Agents and Brokers Take Notice: How to Prepare for the Upcoming Centers for Medicare & Medicaid Services Changes
By Kerrin Parker, CCO, FluentStream
The Centers for Medicare & Medicaid Services (CMS) is enacting new guidelines that directly impact healthcare professionals, insurance vendors, and the healthcare industry at large.
The changes go into effect Oct. 1, 2022, just in time to start the 2023 Annual Election Period for Medicare Advantage and Medicare Part D plans. With the deadline only a few weeks away, many agents and brokers are scrambling to determine the most efficient and cost-effective way to comply with the new requirements
The good news is the technology needed to meet compliance is relatively straightforward. The challenges lie in navigating the nuances of CMS’ changes and instituting processes that are consistently followed by agents and brokers to ensure compliance.
Reason for Change
While no specific explanation was provided, most believe the ruling is in response to a massive increase in complaints to CMS about misleading TV commercials. These commercials are distributed by third-party marketing organizations (TPMOs) and often utilize celebrities to distract from questionable statements.
In many cases, complaints are aimed squarely at the TPMOs trying to convince beneficiaries to switch plans to one that does not meet their needs — or even match what was advertised. Regardless, CMS has still decided to expand its definition of TPMOs to include all healthcare agents and brokers.
WHAT ARE THE NEW CMS REQUIREMENTS?
The CMS Final Rule 2023 was announced in May 2022 and requires all Medicare and Medicaid marketing calls to be recorded and stored for at least 10 years.
Call Recording Requirements
The language is important here as CMS has confirmed it interprets “enrollment” as “marketing.” The call recording requirement applies to all healthcare agents who enroll beneficiaries in new plans. Healthcare agents and brokers will be required to record all “marketing” calls with beneficiaries in their entirety, including the enrollment process. This rule applies to both new and existing clients. The call recordings must then be stored in a HIPAA-compliant manner for at least 10 years.
CMS considers a “marketing” call anything that falls under the “Chain of Enrollment,” which is defined as any events from the point when a beneficiary is made aware of an MA/PDP plan to the end of the enrollment process. Some examples of what the new recording rules cover include:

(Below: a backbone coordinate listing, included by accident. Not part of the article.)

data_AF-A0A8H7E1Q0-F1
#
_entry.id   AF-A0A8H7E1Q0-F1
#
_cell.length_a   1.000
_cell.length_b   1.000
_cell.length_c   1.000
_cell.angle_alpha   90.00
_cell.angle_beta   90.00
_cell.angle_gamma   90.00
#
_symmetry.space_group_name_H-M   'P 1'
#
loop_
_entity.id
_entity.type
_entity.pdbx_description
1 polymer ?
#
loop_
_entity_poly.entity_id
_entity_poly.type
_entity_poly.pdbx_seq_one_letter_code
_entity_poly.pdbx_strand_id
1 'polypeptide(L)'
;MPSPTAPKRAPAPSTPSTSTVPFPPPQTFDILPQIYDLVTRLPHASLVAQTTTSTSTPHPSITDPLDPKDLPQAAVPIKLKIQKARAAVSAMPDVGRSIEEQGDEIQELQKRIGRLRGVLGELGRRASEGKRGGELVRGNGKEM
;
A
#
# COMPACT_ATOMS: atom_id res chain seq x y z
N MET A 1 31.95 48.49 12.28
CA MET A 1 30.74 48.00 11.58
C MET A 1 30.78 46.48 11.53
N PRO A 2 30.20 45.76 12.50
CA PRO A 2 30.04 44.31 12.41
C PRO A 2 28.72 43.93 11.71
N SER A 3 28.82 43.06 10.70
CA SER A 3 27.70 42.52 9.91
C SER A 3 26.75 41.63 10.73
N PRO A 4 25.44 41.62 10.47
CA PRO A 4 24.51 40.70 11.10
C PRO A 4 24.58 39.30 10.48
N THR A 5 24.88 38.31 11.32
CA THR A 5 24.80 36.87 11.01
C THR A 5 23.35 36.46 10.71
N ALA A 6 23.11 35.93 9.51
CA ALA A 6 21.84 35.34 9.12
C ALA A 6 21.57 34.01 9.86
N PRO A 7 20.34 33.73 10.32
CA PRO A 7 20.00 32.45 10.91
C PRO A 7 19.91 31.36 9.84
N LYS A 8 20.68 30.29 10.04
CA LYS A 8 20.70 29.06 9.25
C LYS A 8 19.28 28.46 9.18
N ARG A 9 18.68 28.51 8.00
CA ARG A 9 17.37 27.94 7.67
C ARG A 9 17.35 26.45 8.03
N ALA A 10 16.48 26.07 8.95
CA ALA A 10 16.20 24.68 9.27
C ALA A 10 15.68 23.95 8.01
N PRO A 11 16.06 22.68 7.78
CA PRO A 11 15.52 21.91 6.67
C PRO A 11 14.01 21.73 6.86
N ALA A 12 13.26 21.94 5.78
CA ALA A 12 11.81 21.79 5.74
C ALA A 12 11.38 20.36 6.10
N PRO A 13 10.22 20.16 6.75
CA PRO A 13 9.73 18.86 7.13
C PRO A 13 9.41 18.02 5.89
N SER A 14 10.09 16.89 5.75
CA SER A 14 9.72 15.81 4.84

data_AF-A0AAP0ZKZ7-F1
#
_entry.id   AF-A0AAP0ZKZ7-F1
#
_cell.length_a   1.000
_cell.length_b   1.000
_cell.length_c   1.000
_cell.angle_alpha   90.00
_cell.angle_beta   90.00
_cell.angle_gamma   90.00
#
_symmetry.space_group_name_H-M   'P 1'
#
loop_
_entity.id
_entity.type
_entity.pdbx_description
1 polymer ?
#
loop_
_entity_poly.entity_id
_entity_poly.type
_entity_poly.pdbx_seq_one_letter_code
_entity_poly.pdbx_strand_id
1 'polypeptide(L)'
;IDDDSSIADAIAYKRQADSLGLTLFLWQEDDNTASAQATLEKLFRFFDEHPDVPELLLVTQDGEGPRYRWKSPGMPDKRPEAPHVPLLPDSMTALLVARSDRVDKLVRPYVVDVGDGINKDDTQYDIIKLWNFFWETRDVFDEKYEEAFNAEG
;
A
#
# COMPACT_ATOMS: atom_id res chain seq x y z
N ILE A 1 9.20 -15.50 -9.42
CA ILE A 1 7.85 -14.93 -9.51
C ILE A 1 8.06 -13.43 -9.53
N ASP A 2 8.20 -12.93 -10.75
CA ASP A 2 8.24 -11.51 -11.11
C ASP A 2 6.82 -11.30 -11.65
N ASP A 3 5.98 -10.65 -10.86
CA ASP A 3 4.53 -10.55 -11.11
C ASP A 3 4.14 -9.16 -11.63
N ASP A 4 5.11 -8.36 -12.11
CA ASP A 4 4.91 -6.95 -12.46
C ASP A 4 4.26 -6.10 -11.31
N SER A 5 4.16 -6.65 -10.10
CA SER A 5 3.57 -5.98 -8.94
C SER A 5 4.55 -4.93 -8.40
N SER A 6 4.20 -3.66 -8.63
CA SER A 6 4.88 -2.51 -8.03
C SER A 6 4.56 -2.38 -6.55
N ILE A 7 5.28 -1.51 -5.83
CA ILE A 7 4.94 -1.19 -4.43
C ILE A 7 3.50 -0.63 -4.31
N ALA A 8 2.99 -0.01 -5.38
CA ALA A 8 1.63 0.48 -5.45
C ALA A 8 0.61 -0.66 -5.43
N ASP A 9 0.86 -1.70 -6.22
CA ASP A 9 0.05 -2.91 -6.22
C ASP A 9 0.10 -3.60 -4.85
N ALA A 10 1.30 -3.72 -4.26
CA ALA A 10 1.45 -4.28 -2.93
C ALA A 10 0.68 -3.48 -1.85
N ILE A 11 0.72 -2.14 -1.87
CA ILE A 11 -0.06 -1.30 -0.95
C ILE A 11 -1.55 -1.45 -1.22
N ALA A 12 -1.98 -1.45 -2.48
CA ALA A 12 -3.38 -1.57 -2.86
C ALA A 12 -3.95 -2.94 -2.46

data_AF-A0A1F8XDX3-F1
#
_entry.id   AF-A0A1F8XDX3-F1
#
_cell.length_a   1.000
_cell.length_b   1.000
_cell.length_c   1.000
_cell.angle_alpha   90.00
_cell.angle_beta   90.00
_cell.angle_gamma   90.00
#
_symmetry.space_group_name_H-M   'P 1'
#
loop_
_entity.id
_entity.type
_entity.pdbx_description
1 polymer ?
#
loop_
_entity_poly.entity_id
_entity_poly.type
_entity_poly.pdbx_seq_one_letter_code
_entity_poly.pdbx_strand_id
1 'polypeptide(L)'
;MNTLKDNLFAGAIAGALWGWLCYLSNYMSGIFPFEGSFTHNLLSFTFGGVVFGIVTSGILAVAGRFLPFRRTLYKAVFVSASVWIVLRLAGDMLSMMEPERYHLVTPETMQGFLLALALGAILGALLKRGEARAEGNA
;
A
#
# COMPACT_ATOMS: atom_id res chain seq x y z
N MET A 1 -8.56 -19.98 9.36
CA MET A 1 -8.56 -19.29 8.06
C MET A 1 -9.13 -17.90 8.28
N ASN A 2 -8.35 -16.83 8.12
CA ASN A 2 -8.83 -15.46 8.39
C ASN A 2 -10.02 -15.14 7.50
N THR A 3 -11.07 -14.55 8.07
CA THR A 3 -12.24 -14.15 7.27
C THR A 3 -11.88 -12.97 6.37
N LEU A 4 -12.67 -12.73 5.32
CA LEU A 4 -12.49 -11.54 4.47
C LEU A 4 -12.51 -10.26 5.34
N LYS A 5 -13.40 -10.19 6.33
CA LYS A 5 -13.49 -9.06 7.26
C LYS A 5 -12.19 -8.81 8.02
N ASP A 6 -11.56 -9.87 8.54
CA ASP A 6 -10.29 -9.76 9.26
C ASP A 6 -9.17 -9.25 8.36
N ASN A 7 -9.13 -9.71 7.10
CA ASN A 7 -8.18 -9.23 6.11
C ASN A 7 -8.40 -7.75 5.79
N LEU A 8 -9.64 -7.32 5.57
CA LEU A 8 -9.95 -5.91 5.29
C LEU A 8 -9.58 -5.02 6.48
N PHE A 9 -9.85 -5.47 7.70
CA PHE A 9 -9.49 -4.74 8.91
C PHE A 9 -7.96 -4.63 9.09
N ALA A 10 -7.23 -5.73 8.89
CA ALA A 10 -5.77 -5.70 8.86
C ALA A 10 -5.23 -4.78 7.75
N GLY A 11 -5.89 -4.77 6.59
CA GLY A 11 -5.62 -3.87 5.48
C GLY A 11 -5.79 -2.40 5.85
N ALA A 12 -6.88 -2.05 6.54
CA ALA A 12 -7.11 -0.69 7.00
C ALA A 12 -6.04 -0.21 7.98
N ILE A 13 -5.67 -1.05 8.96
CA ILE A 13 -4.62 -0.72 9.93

- Contacting potential clients
- Scheduling appointments for new and current clients
- Collecting drug and provider lists
- Hosting informational meetings
- Enrolling clients by phone
Here’s an example. An agent is discussing a Medicare Supplement, which is not included in the new call recording rules, but if the agent bundles that Medicare Supplement with a Prescription Drug Plan, the call will indeed need to be recorded since it now falls under the purview of a Part D discussion.
Keep in mind that the new CMS rules apply to video calls and online application walkthroughs as well. Whether an agent uses Google Meet, Zoom, or any other video conferencing service, they’ll need to know how to record those conversations.
The only real exception to the new recording requirements is in-person meetings. That said, any follow-up calls or video meetings throughout the enrollment process must be recorded and stored for a minimum of 10 years.
NOTE: This health insurance market reform will not affect State Health Insurance Assistance Programs (SHIPs).
All agents will also be required to include the following disclaimer:
“We do not offer every plan available in your area. Any information we provide is limited to those plans we do offer in your area. Please contact Medicare.gov or 1-800-MEDICARE to get information on all your options.”
The disclaimer must be included in the following places:
- Verbally expressed within the first minute of a sales phone call
- Electronically conveyed when communicating with a beneficiary through email, online chat, or other electronic means